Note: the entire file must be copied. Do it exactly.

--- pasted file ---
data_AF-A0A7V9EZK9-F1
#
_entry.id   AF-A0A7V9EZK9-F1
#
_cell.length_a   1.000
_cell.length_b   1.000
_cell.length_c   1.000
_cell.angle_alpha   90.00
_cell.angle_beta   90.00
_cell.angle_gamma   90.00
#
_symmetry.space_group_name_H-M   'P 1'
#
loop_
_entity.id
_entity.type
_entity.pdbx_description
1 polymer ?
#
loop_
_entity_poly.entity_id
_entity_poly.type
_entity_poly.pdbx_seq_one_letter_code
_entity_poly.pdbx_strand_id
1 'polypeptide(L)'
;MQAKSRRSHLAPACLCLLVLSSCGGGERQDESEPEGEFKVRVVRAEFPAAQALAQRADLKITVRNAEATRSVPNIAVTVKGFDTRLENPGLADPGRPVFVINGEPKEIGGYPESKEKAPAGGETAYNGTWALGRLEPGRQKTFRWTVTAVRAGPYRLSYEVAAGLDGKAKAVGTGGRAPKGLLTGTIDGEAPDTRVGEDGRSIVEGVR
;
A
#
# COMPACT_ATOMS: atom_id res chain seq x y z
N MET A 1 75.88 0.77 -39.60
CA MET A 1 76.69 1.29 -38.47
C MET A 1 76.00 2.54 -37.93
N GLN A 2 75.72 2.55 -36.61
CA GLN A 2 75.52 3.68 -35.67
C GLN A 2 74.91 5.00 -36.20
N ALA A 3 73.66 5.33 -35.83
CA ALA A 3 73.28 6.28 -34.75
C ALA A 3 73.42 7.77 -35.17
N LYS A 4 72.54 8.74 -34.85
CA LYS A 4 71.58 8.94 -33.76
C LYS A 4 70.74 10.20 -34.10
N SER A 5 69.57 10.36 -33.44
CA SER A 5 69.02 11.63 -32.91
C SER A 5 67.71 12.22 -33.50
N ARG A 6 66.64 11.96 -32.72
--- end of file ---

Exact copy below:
data_AF-A0A7V9EZK9-F1
#
_entry.id   AF-A0A7V9EZK9-F1
#
_cell.length_a   1.000
_cell.length_b   1.000
_cell.length_c   1.000
_cell.angle_alpha   90.00
_cell.angle_beta   90.00
_cell.angle_gamma   90.00
#
_symmetry.space_group_name_H-M   'P 1'
#
loop_
_entity.id
_entity.type
_entity.pdbx_description
1 polymer ?
#
loop_
_entity_poly.entity_id
_entity_poly.type
_entity_poly.pdbx_seq_one_letter_code
_entity_poly.pdbx_strand_id
1 'polypeptide(L)'
;MQAKSRRSHLAPACLCLLVLSSCGGGERQDESEPEGEFKVRVVRAEFPAAQALAQRADLKITVRNAEATRSVPNIAVTVKGFDTRLENPGLADPGRPVFVINGEPKEIGGYPESKEKAPAGGETAYNGTWALGRLEPGRQKTFRWTVTAVRAGPYRLSYEVAAGLDGKAKAVGTGGRAPKGLLTGTIDGEAPDTRVGEDGRSIVEGVR
;
A
#
# COMPACT_ATOMS: atom_id res chain seq x y z
N MET A 1 75.88 0.77 -39.60
CA MET A 1 76.69 1.29 -38.47
C MET A 1 76.00 2.54 -37.93
N GLN A 2 75.72 2.55 -36.61
CA GLN A 2 75.52 3.68 -35.67
C GLN A 2 74.91 5.00 -36.20
N ALA A 3 73.66 5.33 -35.83
CA ALA A 3 73.28 6.28 -34.75
C ALA A 3 73.42 7.77 -35.17
N LYS A 4 72.54 8.74 -34.85
CA LYS A 4 71.58 8.94 -33.76
C LYS A 4 70.74 10.20 -34.10
N SER A 5 69.57 10.36 -33.44
CA SER A 5 69.02 11.63 -32.91
C SER A 5 67.71 12.22 -33.50
N ARG A 6 66.64 11.96 -32.72